Write scene to HTML.

Writes the current scene to a collection of files that contain WebGL code to reproduce it in a browser.

writeWebGL(dir = "webGL", filename = file.path(dir, "index.html"), 
           template = system.file(file.path("WebGL", "template.html"), package = "rgl"),
           prefix = "",
           snapshot = TRUE, commonParts = TRUE, reuse = NULL, 
           font = "Arial", width, height)

Where to write the files.


The filename to use for the main file.


The template web page to which to write the Javascript for the scene. See Details below.


An optional prefix to use on global identifiers in the scene; use different prefixes for different scenes displayed on the same web page. If not blank, it should be a legal identifier in Javascript and HTML.


Whether to include a snapshot of the scene, to be displayed in browsers that don't support WebGL, or a specification of the snapshot to use. See details below.


Whether to include parts that would be common to several figures on the same page. Currently this includes a reference to and copy of the CanvasMatrix.js file in the output.


When writing several figures on the same page, set this to a dataframe containing values to reuse. See the Value section below.


The font to use for text.

width, height

The (optional) width and height in pixels of the image to display. If omitted, the par3d("windowRect") dimensions will be used.


This function writes out a web page containing Javascript that reconstructs the scene in WebGL.

Use the template argument to give the filename of a web page that is to contain the code for the new scene. It should contain a single line containing paste0("%", prefix, "WebGL%"), e.g. %WebGL% with the default empty prefix. That line will be replaced by the Javascript and other code necessary to reproduce the current scene. The template may also contain the string "%rglVersion%" which will be replaced with the current rgl version number. If template is NULL, the output will simply be written directly to the main file.

To put more than one scene into a web page, use different values of prefix for each. The prefix will be used in identifiers in both Javascript and HTML, so it is safest to start with a letter and only use alphanumeric characters.

WebGL is a fairly new technology for displaying 3D scenes in browsers. Most current browsers support it to some extent, though it may not be enabled by default; see http://get.webgl.org for details. A major exception currently is Microsoft's Internet Explorer, though plugins are available.

Currently writeWebGL has a number of known limitations, some of which will be gradually eliminated as development progresses:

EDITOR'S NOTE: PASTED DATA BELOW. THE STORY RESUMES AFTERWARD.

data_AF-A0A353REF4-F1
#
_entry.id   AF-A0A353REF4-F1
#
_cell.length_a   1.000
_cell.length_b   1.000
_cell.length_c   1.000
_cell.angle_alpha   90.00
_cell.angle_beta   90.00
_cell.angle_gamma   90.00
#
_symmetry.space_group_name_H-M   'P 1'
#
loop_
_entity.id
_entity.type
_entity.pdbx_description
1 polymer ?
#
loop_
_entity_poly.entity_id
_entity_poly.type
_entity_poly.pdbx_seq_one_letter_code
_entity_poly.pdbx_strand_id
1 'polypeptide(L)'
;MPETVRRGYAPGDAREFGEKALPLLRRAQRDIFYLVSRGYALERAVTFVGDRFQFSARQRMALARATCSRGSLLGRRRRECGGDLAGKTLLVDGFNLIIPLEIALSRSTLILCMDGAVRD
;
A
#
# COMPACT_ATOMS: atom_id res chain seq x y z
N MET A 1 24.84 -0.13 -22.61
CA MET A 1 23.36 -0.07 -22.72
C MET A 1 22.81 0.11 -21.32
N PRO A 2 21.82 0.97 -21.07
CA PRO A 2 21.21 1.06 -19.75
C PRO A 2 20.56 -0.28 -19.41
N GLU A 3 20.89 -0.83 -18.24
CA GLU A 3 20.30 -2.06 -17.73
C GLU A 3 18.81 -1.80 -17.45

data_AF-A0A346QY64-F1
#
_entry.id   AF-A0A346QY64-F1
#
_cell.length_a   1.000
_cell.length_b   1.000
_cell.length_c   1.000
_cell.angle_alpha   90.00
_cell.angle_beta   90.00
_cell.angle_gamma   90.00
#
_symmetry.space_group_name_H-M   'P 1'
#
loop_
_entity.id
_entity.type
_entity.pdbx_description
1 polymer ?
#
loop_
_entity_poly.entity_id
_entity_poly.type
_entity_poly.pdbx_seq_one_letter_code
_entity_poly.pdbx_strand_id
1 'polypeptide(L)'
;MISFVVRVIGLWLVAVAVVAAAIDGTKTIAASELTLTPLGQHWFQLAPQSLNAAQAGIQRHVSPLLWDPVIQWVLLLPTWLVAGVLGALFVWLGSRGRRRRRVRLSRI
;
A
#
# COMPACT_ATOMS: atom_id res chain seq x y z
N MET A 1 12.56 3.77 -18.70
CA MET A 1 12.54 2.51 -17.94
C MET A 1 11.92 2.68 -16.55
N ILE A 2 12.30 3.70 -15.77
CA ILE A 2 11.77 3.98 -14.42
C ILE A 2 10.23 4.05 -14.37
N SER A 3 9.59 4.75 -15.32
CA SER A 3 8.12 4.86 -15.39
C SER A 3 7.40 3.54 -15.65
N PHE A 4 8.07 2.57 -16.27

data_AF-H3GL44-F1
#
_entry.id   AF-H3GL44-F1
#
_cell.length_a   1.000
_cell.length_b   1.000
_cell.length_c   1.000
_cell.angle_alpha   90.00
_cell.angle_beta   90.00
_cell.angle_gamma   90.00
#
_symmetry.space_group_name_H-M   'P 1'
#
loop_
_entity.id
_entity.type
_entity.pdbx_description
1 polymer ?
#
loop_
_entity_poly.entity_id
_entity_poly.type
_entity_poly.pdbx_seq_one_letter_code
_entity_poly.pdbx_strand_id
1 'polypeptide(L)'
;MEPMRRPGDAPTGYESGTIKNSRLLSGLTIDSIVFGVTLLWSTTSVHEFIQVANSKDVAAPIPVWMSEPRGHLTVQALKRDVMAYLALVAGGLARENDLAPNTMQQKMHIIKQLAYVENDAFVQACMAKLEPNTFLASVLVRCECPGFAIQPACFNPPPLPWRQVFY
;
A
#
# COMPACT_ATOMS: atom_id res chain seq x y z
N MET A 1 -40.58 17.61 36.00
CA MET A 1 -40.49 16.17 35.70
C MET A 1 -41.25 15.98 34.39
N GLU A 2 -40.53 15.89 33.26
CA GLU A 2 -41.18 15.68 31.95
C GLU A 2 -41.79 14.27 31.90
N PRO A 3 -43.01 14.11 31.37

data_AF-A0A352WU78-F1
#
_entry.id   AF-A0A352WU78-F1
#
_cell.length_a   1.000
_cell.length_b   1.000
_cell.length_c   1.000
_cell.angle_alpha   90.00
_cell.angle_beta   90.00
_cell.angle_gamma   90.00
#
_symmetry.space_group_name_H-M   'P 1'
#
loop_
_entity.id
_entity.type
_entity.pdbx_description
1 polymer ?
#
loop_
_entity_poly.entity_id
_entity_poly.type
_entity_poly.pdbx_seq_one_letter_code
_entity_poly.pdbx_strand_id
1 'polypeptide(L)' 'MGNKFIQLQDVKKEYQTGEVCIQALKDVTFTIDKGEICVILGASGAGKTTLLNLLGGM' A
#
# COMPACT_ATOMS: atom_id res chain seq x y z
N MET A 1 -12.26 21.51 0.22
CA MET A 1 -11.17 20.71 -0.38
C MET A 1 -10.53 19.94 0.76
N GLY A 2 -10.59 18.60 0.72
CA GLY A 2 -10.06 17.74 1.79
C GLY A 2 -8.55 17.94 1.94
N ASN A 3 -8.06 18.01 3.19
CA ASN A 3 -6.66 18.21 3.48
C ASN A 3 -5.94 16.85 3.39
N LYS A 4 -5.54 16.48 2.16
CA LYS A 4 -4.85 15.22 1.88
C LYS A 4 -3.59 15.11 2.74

• The bounding box decorations are fixed; labels do not move as they do within R.

  • User-defined mouse controls are not supported.

  • Missing values are not handled properly.

  • WebGL browsers generally do not support more than 65535 vertices per object. writeWebGL will print a warning if this limit is exceeded, but it is up to the user to break his scene into smaller objects. (And 65535 vertices may not be small enough!)


The filename is returned. If reuse is not NULL, it will have an attribute called "reuse" which contains a dataframe with columns "id" and "prefix" identifying the prefix used for objects drawn in this scene. This dataframe can be used as the reuse argument in subsequent calls to writeWebGL.


If commonParts is TRUE, the output includes a binary copy of the CanvasMatrix Javascript library. This file is necessary for the Javascript code written by writeWebGL to function properly, but only one copy is needed if the output page contains multiple writeWebGL figures.

Its source (including the copyright notice and license for free use) is included in the file named by system.file("htmlwidgets/lib/CanvasMatrix.src.js", package = "rgl").



See Also

scene3d saves a copy of a scene to an R variable; writeASY, writePLY, writeOBJ and writeSTL write the scene to a file in various other formats.

  • writeWebGL
  plot3d(rnorm(100), rnorm(100), rnorm(100), type = "s", col = "red")
  # This writes a copy into temporary directory 'webGL', and then displays it
  filename <- writeWebGL(dir = file.path(tempdir(), "webGL"), 
                       width = 500, reuse = TRUE)
  # Display the "reuse" attribute
  attr(filename, "reuse")

  # Display the scene in a browser
  if (interactive())
    browseURL(paste0("file://", filename))
# }
Documentation reproduced from package rgl, version 0.100.50, License: GPL

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